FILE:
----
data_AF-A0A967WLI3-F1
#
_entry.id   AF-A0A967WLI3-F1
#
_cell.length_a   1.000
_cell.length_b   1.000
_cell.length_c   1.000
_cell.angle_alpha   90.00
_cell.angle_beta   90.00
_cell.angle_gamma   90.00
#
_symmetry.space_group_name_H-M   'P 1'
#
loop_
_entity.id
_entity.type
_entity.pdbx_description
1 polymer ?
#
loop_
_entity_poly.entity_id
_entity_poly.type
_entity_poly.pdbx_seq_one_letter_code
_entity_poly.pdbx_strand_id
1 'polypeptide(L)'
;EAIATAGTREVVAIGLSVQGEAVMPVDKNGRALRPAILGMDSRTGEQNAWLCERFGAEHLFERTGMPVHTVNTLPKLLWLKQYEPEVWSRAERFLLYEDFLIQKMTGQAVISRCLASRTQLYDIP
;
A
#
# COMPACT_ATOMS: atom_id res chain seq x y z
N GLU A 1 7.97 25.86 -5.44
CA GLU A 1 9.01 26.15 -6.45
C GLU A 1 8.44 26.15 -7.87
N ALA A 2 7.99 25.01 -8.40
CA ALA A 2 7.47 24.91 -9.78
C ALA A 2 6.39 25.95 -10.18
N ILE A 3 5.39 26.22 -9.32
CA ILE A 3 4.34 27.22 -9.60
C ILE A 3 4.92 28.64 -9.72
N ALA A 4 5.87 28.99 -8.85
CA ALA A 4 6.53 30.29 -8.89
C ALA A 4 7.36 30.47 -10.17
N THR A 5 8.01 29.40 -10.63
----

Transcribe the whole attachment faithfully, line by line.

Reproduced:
data_AF-A0A967WLI3-F1
#
_entry.id   AF-A0A967WLI3-F1
#
_cell.length_a   1.000
_cell.length_b   1.000
_cell.length_c   1.000
_cell.angle_alpha   90.00
_cell.angle_beta   90.00
_cell.angle_gamma   90.00
#
_symmetry.space_group_name_H-M   'P 1'
#
loop_
_entity.id
_entity.type
_entity.pdbx_description
1 polymer ?
#
loop_
_entity_poly.entity_id
_entity_poly.type
_entity_poly.pdbx_seq_one_letter_code
_entity_poly.pdbx_strand_id
1 'polypeptide(L)'
;EAIATAGTREVVAIGLSVQGEAVMPVDKNGRALRPAILGMDSRTGEQNAWLCERFGAEHLFERTGMPVHTVNTLPKLLWLKQYEPEVWSRAERFLLYEDFLIQKMTGQAVISRCLASRTQLYDIP
;
A
#
# COMPACT_ATOMS: atom_id res chain seq x y z
N GLU A 1 7.97 25.86 -5.44
CA GLU A 1 9.01 26.15 -6.45
C GLU A 1 8.44 26.15 -7.87
N ALA A 2 7.99 25.01 -8.40
CA ALA A 2 7.47 24.91 -9.78
C ALA A 2 6.39 25.95 -10.18
N ILE A 3 5.39 26.22 -9.32
CA ILE A 3 4.34 27.22 -9.60
C ILE A 3 4.92 28.64 -9.72
N ALA A 4 5.87 28.99 -8.85
CA ALA A 4 6.53 30.29 -8.89
C ALA A 4 7.36 30.47 -10.17
N THR A 5 8.01 29.40 -10.63